“You see, loneliness is the price we have to pay for being born in this modern age, so full of freedom, independence, and our own egotistical selves.” ― Sōseki Natsume, Kokoro
I was talking to a friend the other evening about what age we were living in. Our parents experienced the mass production industrial age and for most of us younger people, we have experienced the age of computers and automation which have brought so much change to our daily lives. We then reflected on the level of change we were experiencing as human beings now. At nearly all levels there have been fantastic and far-reaching changes, bar one, that of mental health.So what are the are the areas of change?
Social and political change: Social changes in terms of civil and same sex partnerships; the reduction in issues around age, sex, and race discrimination (though we have a long way to go); and the gradual acceptance of people’s differences. Political change including many countries across Europe closing their borders – often with barriers and barbed wire to the influx of mass migration; the UK Brexit result; the recent US presidential election outcome or even the prospect of the USA and Russia in a major conflict.
Technology change: The level of technology change over the past 5 years has been amazing on so many levels. Since we both liked tech, we shared the list below. If you have better ideas, do share:
- Android (2008) – Google’s open-source mobile operating system started showing up in smartphones until 2008, it rapidly became the only serious challenger to Apple’s mobile hegemony, and eventually it became the dominant mobile platform.
- Apps (2008) – first launched by Apple as the App Store. There are now many different App stores.
- Motion-sensing control systems (2010) such as Microsoft Kinect which launched in 2010.
- Tablets replacing PC’s (2010) – it wasn’t until Apple launched the iPad in 2010 that the computer-buying public began to catch on.
However, one area that we then talked about was health. The past few years has seen a massive change in the perception of physical health. Be it exercise; recommending you eat a minimum of 5 portions of fruit / vegetables per day, called “5 per Day”; and the drive to reduce smoking, especially amongst teenagers. However, mental health has not had the same set of priorities awarded to it as has physical health.
Well being and Mental Wellbeing: With regard to mental health improvements, I get the feeling we are still in the mass production industrial age. The most common form of mental support is Cognitive Therapy (CT), or Cognitive Behavior Therapy (CBT) which was pioneered by Dr. Aaron T. Beck in the 1960s. This seems to be the defacto method for treating mental issues.
So why focus on Mental Well-Being?
Here are some facts….. If you want to read more, please check out the independent Mental Health Taskforce to the NHS article at: https://www.england.nhs.uk/wp-content/uploads/2016/02/Mental-Health-Taskforce-FYFV-final.pdf
- Half of all mental health problems have been established by the age of 14, rising to 75 per cent by age 24.
- One in ten children aged 5 – 16 has a diagnosable problem such as conduct disorder (6 per cent), anxiety disorder (3 per cent), attention deficit hyperactivity disorder (ADHD) (2 per cent) or depression (2 per cent).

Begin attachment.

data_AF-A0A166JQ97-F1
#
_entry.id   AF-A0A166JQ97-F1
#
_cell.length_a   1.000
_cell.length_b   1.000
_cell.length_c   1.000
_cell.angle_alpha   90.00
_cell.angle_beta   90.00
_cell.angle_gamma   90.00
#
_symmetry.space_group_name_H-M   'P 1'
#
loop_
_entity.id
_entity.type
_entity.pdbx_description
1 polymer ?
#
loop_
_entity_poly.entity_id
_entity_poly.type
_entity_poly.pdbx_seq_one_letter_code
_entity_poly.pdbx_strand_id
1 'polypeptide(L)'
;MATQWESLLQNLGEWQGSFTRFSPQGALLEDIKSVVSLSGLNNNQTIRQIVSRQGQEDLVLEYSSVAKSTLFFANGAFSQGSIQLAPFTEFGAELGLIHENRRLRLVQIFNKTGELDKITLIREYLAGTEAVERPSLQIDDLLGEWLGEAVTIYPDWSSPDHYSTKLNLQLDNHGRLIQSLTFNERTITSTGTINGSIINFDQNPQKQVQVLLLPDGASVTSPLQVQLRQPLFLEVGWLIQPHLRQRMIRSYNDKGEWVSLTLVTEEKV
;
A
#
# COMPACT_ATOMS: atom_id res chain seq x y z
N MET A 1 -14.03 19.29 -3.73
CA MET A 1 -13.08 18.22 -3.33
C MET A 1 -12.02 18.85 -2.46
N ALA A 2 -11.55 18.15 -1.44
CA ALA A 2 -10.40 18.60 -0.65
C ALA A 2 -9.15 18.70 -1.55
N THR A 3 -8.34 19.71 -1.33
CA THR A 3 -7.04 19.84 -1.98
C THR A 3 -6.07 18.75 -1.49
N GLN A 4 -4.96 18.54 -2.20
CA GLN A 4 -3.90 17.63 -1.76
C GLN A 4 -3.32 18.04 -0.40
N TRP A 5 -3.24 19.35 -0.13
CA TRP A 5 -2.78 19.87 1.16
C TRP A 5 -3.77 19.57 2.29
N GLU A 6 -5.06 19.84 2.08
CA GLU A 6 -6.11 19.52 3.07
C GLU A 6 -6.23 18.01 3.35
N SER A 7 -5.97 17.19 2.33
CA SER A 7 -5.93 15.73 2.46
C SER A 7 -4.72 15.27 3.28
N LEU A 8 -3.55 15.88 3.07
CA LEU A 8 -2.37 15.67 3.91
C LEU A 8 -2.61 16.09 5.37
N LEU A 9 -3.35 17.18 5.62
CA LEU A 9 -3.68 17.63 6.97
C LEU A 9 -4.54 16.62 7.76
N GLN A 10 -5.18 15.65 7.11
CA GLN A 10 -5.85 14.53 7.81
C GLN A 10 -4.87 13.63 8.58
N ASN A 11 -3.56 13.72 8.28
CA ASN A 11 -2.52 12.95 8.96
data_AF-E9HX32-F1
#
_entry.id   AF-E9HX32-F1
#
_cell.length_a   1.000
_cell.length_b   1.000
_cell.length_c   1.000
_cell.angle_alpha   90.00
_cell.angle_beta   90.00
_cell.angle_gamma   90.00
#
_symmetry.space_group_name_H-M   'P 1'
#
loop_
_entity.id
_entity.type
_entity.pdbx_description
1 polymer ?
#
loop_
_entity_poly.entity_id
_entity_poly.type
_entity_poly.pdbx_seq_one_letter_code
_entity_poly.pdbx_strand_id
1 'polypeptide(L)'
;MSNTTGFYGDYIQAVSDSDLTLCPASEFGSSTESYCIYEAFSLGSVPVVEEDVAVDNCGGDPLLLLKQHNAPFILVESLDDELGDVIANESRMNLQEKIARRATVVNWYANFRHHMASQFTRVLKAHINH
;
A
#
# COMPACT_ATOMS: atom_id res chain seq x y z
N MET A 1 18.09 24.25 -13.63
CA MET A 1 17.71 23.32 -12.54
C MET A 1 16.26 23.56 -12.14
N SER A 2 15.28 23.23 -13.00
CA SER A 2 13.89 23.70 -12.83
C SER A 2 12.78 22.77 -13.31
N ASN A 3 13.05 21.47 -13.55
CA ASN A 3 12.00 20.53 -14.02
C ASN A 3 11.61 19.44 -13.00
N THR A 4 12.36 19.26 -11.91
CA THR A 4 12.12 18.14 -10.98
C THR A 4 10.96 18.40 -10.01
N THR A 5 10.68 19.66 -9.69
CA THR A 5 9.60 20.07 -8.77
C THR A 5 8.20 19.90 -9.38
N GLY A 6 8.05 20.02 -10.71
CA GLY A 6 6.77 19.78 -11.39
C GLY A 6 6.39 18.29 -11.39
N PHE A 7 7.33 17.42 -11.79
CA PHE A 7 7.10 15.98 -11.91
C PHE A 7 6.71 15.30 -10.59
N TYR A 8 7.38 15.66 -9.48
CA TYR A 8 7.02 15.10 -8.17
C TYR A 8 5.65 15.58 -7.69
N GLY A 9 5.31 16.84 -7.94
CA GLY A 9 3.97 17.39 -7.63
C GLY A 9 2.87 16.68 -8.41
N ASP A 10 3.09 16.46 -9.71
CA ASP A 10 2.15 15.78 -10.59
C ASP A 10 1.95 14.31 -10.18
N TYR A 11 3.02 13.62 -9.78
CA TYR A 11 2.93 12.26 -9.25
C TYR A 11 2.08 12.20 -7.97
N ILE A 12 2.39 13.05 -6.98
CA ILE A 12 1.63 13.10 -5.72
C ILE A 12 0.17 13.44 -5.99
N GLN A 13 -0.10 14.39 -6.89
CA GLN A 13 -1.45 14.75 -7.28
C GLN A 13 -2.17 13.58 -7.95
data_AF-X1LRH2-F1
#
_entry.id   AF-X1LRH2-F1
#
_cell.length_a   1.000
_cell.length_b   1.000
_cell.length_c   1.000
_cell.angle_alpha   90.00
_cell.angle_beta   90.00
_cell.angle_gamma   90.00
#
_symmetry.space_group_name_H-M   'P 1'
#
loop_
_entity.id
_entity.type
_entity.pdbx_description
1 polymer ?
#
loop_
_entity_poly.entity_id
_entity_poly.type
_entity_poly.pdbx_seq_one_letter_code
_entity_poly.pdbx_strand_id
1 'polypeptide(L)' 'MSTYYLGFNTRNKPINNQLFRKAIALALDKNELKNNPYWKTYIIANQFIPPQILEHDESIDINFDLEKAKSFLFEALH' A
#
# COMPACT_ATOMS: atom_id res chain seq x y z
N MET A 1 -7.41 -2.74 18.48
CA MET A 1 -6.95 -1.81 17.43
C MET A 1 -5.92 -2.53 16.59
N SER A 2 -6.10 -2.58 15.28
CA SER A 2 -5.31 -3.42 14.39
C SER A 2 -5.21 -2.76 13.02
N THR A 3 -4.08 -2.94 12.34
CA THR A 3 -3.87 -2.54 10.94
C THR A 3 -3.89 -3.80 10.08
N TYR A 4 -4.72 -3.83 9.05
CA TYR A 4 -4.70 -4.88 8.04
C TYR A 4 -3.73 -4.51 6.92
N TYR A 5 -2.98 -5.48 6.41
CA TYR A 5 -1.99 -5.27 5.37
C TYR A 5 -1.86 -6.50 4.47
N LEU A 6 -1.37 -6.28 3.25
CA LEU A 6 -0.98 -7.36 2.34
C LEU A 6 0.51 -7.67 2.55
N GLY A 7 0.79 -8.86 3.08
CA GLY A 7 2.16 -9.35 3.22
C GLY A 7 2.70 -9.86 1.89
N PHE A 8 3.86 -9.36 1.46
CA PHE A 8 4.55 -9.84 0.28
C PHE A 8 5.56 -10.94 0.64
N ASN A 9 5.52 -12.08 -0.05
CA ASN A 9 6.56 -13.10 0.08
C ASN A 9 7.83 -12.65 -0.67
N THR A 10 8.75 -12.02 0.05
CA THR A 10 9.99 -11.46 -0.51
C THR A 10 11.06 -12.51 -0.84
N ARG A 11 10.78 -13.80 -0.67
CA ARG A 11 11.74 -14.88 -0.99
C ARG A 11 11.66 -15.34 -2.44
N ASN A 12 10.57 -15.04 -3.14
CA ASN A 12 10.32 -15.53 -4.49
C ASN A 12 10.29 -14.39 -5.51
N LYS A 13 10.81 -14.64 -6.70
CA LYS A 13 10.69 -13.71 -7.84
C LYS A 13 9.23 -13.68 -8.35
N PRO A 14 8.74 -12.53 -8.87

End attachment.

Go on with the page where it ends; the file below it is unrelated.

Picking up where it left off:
- Children from low income families are at highest risk, three times that of those from the highest.
- Those with conduct disorder are twice as likely to leave school without any qualifications, three times more likely to become a teenage parent, four times more likely to become dependent on drugs and 20 times more likely to end up in prison.
- Yet most children and young people get no support. Even for those that do, the average wait for routine appointments for psychological therapy was 32 weeks, or nearly 8 months in 2015/16.
- People with severe and prolonged mental illness are at risk of dying on average 15 to 20 years earlier than other people. Just think of the impact of mild mental health issues and its impact.
- One in five older people living in the community and 40 per cent of older people living in care homes are affected by depression.
In the past few years, the picture has started to change. Public attitudes towards mental health are improving, and there is a growing commitment among communities, workplaces, schools and within government to change the way we think about it.
There have been big advances in understanding some of the core reasons that impact mental wellbeing. New treatments and approaches are being developed and a much more clinical and scientific approach is being taken. One of the most recent to be added to the NHS is Mindfulness, both Mindfulness Based Cognitive Therapy and also Mindfulness Based Stress Reduction. I really do believe that over the course of the next few years, the impact of really understanding how the mind works, and how you can influence it; through programs like Mindfulness; will drive the biggest improvement in mental health.
I leave you with the following quote.
“You’d be surprised how many people in the modern age no longer fear zombies as much as teletubies.” ― Sherrilyn Kenyon, Dream Warrior
One thought on “What age are we living in? The age of the mind”
I fear Martin that we need a seismic shock to our narcissistic selves if we’re going to see any real change. Our ego, or the ‘me’, is simply too powerful to be defeated by any amount of tips, tricks and therapies. Blessings Julian